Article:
This is my professional blog where I will be writing about data science, programming, math and, in general, about technical sciences. Lets test things out. I wonder how Jekyll or rather how the specified highlighter renders code. By default Jekyll 3.0+ uses Rouge.

# Ruby

(example from Jekyll documentation)

def show
@widget = Widget(params[:id])
respond_to do |format|
format.html # show.html.erb
format.json { render json: @widget }
end
end


# R

# Read in a default data set
data(cars)

  speed dist
1     4    2
2     4   10
3     7    4
4     7   22
5     8   16
6     9   10

summary(cars)

     speed           dist
Min.   : 4.0   Min.   :  2.00
1st Qu.:12.0   1st Qu.: 26.00
Median :15.0   Median : 36.00
Mean   :15.4   Mean   : 42.98
3rd Qu.:19.0   3rd Qu.: 56.00
Max.   :25.0   Max.   :120.00

# Do a simple regression model with distance as a dependent variable. Include intercept because of non zero mean.
model<-lm(dist ~ speed,cars)
summary(model)

Call:
lm(formula = dist ~ speed, data = cars)

Residuals:
Min      1Q  Median      3Q     Max
-29.069  -9.525  -2.272   9.215  43.201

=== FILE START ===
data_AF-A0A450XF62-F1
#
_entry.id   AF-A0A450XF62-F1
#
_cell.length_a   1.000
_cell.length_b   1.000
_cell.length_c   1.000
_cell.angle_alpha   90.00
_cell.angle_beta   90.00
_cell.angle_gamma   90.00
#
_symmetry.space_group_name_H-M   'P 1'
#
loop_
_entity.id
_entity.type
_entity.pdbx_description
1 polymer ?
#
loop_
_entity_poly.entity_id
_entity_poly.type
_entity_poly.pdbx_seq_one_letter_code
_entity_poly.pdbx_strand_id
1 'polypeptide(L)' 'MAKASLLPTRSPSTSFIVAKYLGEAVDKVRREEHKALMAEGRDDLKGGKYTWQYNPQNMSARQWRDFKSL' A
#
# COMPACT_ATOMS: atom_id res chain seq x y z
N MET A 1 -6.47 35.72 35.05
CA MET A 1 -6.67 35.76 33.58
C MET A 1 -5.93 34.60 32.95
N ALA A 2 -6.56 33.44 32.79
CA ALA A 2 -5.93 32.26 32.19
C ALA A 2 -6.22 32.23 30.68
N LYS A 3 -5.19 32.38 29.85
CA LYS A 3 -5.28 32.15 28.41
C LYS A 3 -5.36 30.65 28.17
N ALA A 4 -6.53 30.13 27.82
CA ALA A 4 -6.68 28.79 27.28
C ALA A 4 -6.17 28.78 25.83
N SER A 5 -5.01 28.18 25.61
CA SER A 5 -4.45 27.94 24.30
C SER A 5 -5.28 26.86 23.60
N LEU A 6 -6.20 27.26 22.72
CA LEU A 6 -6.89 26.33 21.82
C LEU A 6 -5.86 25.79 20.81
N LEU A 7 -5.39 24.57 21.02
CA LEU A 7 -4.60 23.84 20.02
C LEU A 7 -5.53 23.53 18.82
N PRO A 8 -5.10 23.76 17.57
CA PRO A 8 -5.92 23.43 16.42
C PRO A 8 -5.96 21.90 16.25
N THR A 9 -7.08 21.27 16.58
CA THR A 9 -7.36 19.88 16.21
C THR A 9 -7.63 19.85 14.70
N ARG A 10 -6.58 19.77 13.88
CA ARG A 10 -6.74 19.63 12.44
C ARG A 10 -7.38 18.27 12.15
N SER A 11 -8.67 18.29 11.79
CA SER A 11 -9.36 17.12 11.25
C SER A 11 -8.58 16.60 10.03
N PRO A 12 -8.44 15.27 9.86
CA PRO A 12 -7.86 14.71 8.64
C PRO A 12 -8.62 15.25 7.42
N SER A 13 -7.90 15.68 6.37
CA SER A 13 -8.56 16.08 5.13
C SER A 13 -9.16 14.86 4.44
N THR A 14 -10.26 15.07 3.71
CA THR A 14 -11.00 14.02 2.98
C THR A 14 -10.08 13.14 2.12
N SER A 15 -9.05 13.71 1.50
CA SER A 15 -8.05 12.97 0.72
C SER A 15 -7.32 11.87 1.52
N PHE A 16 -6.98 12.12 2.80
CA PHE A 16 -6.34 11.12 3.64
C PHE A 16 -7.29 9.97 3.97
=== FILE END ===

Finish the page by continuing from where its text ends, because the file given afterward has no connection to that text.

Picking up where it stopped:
Coefficients:
Estimate Std. Error t value Pr(>|t|)
(Intercept) -17.5791     6.7584  -2.601   0.0123 *
speed         3.9324     0.4155   9.464 1.49e-12 ***
---
Signif. codes:  0 '***' 0.001 '**' 0.01 '*' 0.05 '.' 0.1 ' ' 1

Residual standard error: 15.38 on 48 degrees of freedom
Multiple R-squared:  0.6511,	Adjusted R-squared:  0.6438
F-statistic: 89.57 on 1 and 48 DF,  p-value: 1.49e-12


According to the regression model, the stopping distance strongly depends on the speed of the car (duh!).

# Python

# A simple primality test that I remember off the top of my head
def isprime(n):
ans = 'is prime'

if n == 1:
ans = 'not prime'
elif n == 2 or n == 3:
return ans
else:
for i in range(2,int(n ** 0.5)+1):
if n % i is 0:
ans = 'not prime'
return ans


The highlighter works as intended. To make sure I remember the primality test correctly let’s run this code. I am using trinket.io to embed a python interpreter in my website. A very neat thing. You can see it below:

After running the code it seems like my primality test works correctly.

Jekyll also allows to include gists. I will embed the code that produces the news list on my main page. Let’s see what the gist looks like: Looks neat.

# Latex

Next, let me try to use $\LaTeX$:

An integer $n$ is prime iff the congruence relation

$(x-a)^n \equiv (x^n-a)$

holds for all inetegers $a$ that are coprime to $n$.

Thats pretty much it for the testing. I am working on a bunch of posts and one of them will be a step by step guide of how I built this website. Hopefully, it will be helpful to people who intend to use jekyll for their blogging needs. Until later.